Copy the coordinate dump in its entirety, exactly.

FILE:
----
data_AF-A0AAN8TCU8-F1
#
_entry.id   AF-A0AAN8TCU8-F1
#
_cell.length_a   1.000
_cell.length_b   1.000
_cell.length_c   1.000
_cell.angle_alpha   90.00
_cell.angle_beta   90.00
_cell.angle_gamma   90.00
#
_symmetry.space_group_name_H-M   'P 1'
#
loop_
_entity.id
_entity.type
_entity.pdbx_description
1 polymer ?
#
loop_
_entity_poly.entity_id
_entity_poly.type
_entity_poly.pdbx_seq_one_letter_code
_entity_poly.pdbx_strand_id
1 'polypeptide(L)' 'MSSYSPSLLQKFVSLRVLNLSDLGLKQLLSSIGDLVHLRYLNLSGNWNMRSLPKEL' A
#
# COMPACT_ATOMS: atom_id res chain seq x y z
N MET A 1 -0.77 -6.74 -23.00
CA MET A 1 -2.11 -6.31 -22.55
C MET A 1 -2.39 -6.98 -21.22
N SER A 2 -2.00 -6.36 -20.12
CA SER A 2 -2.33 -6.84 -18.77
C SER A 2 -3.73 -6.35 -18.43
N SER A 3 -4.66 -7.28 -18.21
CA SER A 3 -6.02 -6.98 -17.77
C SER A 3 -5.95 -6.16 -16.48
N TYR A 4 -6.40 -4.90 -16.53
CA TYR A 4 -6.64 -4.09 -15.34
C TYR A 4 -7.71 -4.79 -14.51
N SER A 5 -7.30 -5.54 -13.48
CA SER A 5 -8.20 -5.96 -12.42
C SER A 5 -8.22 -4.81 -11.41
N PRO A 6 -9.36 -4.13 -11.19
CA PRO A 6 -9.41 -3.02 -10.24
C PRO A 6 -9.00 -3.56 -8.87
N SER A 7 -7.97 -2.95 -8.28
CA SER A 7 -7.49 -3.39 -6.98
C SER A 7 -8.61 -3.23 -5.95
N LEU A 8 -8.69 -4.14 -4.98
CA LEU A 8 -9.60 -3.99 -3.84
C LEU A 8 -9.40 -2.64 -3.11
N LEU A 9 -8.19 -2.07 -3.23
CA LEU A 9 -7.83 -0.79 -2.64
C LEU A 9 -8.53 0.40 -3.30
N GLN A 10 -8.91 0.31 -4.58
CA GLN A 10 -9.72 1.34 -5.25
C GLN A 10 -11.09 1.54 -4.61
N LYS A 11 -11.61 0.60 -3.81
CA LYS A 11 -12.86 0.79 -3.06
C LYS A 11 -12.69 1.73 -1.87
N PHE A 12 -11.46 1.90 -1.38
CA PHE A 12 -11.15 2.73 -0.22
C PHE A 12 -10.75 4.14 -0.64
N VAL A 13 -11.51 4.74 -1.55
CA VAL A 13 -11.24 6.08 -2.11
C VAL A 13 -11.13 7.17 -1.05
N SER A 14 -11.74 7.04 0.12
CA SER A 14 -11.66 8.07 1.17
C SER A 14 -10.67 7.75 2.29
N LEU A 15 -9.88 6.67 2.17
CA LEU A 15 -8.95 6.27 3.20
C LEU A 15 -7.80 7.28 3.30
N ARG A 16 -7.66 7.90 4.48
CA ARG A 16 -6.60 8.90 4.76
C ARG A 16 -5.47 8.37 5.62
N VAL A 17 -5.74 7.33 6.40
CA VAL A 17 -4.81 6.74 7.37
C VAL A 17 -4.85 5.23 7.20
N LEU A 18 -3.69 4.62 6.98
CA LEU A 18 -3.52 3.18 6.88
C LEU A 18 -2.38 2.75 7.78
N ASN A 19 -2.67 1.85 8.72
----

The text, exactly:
data_AF-A0AAN8TCU8-F1
#
_entry.id   AF-A0AAN8TCU8-F1
#
_cell.length_a   1.000
_cell.length_b   1.000
_cell.length_c   1.000
_cell.angle_alpha   90.00
_cell.angle_beta   90.00
_cell.angle_gamma   90.00
#
_symmetry.space_group_name_H-M   'P 1'
#
loop_
_entity.id
_entity.type
_entity.pdbx_description
1 polymer ?
#
loop_
_entity_poly.entity_id
_entity_poly.type
_entity_poly.pdbx_seq_one_letter_code
_entity_poly.pdbx_strand_id
1 'polypeptide(L)' 'MSSYSPSLLQKFVSLRVLNLSDLGLKQLLSSIGDLVHLRYLNLSGNWNMRSLPKEL' A
#
# COMPACT_ATOMS: atom_id res chain seq x y z
N MET A 1 -0.77 -6.74 -23.00
CA MET A 1 -2.11 -6.31 -22.55
C MET A 1 -2.39 -6.98 -21.22
N SER A 2 -2.00 -6.36 -20.12
CA SER A 2 -2.33 -6.84 -18.77
C SER A 2 -3.73 -6.35 -18.43
N SER A 3 -4.66 -7.28 -18.21
CA SER A 3 -6.02 -6.98 -17.77
C SER A 3 -5.95 -6.16 -16.48
N TYR A 4 -6.40 -4.90 -16.53
CA TYR A 4 -6.64 -4.09 -15.34
C TYR A 4 -7.71 -4.79 -14.51
N SER A 5 -7.30 -5.54 -13.48
CA SER A 5 -8.20 -5.96 -12.42
C SER A 5 -8.22 -4.81 -11.41
N PRO A 6 -9.36 -4.13 -11.19
CA PRO A 6 -9.41 -3.02 -10.24
C PRO A 6 -9.00 -3.56 -8.87
N SER A 7 -7.97 -2.95 -8.28
CA SER A 7 -7.49 -3.39 -6.98
C SER A 7 -8.61 -3.23 -5.95
N LEU A 8 -8.69 -4.14 -4.98
CA LEU A 8 -9.60 -3.99 -3.84
C LEU A 8 -9.40 -2.64 -3.11
N LEU A 9 -8.19 -2.07 -3.23
CA LEU A 9 -7.83 -0.79 -2.64
C LEU A 9 -8.53 0.40 -3.30
N GLN A 10 -8.91 0.31 -4.58
CA GLN A 10 -9.72 1.34 -5.25
C GLN A 10 -11.09 1.54 -4.61
N LYS A 11 -11.61 0.60 -3.81
CA LYS A 11 -12.86 0.79 -3.06
C LYS A 11 -12.69 1.73 -1.87
N PHE A 12 -11.46 1.90 -1.38
CA PHE A 12 -11.15 2.73 -0.22
C PHE A 12 -10.75 4.14 -0.64
N VAL A 13 -11.51 4.74 -1.55
CA VAL A 13 -11.24 6.08 -2.11
C VAL A 13 -11.13 7.17 -1.05
N SER A 14 -11.74 7.04 0.12
CA SER A 14 -11.66 8.07 1.17
C SER A 14 -10.67 7.75 2.29
N LEU A 15 -9.88 6.67 2.17
CA LEU A 15 -8.95 6.27 3.20
C LEU A 15 -7.80 7.28 3.30
N ARG A 16 -7.66 7.90 4.48
CA ARG A 16 -6.60 8.90 4.76
C ARG A 16 -5.47 8.37 5.62
N VAL A 17 -5.74 7.33 6.40
CA VAL A 17 -4.81 6.74 7.37
C VAL A 17 -4.85 5.23 7.20
N LEU A 18 -3.69 4.62 6.98
CA LEU A 18 -3.52 3.18 6.88
C LEU A 18 -2.38 2.75 7.78
N ASN A 19 -2.67 1.85 8.72